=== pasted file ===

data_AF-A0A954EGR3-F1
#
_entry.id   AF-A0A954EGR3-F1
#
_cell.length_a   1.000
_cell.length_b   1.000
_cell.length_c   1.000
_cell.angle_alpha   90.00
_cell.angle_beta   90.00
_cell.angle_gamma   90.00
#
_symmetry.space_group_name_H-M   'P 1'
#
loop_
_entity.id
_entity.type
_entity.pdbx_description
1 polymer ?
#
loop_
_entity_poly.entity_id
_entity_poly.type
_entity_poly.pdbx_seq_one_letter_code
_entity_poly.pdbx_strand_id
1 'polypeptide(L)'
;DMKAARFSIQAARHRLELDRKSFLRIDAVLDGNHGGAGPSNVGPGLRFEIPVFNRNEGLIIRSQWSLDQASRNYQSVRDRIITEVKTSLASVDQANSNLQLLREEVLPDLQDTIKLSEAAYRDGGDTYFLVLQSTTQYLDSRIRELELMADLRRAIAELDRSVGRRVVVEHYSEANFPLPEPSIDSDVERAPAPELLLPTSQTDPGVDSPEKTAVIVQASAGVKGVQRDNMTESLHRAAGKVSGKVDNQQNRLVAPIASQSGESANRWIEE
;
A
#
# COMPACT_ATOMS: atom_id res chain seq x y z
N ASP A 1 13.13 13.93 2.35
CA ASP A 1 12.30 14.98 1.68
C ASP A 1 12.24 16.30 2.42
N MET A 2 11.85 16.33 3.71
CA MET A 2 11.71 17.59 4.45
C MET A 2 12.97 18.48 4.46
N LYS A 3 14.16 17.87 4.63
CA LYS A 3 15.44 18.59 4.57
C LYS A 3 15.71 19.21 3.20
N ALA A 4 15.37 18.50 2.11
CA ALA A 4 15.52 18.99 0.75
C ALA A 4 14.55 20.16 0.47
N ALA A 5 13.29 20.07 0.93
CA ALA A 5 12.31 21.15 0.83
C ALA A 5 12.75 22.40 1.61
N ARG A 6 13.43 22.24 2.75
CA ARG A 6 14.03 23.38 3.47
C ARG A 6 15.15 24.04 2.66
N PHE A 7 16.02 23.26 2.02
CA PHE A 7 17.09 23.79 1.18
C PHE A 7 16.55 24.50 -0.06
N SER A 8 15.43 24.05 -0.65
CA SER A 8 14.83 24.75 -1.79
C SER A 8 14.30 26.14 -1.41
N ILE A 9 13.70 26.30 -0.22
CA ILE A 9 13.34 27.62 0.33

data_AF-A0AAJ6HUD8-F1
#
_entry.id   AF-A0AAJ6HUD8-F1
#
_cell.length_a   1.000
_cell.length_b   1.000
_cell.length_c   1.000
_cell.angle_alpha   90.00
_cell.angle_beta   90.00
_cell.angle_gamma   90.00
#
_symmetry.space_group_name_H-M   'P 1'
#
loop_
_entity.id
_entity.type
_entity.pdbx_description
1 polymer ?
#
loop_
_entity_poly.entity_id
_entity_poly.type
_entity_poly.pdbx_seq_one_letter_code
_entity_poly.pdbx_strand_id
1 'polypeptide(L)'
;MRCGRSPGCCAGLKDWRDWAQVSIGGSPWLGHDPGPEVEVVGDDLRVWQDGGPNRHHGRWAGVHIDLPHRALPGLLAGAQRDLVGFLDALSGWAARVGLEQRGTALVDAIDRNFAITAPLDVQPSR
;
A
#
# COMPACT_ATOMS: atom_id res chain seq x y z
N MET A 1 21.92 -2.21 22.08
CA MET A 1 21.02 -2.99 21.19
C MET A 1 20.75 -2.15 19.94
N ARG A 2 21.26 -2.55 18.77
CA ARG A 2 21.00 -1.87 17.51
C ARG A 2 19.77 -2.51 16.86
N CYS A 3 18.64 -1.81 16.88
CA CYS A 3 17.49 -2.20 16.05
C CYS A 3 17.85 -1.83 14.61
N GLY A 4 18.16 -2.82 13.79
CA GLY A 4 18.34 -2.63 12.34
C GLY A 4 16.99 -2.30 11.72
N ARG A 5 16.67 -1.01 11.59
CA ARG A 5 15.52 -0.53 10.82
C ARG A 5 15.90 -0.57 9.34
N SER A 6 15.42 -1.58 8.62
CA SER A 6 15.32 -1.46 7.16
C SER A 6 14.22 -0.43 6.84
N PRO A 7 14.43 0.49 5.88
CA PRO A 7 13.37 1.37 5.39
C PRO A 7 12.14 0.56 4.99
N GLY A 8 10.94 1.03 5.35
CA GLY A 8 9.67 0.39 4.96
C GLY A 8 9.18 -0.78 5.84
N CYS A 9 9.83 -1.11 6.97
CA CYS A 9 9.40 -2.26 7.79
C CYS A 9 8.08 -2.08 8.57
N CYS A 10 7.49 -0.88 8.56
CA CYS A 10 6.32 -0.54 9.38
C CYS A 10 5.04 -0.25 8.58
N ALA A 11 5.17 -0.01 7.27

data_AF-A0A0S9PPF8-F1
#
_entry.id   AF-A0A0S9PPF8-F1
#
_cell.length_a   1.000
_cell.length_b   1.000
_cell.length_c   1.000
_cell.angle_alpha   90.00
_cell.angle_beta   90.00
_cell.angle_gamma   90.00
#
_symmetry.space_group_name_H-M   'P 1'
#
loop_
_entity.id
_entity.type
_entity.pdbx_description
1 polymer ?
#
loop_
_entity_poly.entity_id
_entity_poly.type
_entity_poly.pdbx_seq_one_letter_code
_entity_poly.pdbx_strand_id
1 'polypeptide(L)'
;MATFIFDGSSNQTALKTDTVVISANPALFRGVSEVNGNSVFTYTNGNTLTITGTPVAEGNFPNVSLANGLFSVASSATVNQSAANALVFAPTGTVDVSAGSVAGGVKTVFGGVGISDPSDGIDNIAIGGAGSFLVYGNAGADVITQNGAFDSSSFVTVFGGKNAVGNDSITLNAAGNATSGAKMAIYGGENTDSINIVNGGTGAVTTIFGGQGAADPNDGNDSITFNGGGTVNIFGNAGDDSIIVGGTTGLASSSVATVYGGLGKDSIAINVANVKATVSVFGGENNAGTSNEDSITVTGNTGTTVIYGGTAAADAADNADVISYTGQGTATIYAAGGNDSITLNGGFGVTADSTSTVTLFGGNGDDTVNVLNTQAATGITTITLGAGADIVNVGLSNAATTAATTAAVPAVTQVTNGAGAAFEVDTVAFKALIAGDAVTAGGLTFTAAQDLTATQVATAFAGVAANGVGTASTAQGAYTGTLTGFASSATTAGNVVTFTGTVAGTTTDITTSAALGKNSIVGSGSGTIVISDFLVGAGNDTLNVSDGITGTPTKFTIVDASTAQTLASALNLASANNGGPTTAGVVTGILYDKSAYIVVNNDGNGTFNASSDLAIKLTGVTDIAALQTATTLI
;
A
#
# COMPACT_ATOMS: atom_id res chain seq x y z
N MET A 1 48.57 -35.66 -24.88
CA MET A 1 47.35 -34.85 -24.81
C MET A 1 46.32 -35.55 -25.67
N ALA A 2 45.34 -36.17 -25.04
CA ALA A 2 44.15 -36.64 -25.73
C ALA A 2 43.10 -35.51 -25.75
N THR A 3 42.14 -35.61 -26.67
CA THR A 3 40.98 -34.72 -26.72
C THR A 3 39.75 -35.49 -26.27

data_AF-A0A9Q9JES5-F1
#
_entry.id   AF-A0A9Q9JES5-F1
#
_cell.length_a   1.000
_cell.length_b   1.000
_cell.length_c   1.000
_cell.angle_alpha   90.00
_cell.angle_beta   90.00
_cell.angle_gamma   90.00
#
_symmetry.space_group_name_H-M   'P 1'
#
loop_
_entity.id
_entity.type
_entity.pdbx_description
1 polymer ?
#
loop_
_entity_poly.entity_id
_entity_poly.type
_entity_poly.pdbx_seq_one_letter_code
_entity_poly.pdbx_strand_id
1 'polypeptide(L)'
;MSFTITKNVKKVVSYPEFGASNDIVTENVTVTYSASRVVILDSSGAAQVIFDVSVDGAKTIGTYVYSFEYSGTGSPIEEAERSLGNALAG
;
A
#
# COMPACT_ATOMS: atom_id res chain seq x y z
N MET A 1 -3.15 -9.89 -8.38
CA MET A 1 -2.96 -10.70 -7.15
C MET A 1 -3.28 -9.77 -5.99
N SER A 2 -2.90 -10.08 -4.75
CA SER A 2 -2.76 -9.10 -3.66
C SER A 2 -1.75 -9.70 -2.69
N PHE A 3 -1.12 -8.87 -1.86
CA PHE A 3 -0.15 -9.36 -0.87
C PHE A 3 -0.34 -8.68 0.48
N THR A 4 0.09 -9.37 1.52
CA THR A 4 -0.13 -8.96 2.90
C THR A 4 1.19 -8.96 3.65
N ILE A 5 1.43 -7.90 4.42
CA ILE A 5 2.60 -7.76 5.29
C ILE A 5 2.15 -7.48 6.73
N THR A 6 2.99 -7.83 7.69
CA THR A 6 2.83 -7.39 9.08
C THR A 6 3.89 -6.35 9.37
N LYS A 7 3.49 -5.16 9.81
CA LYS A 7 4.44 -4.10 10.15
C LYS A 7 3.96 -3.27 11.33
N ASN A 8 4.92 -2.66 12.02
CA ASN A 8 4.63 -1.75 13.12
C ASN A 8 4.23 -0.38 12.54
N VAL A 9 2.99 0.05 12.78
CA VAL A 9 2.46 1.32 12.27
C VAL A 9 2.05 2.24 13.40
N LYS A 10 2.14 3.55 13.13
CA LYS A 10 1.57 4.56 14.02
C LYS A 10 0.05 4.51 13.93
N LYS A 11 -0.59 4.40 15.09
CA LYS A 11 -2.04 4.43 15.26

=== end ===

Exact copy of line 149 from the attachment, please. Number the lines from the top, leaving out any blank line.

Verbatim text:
CA MET A 1 47.35 -34.85 -24.81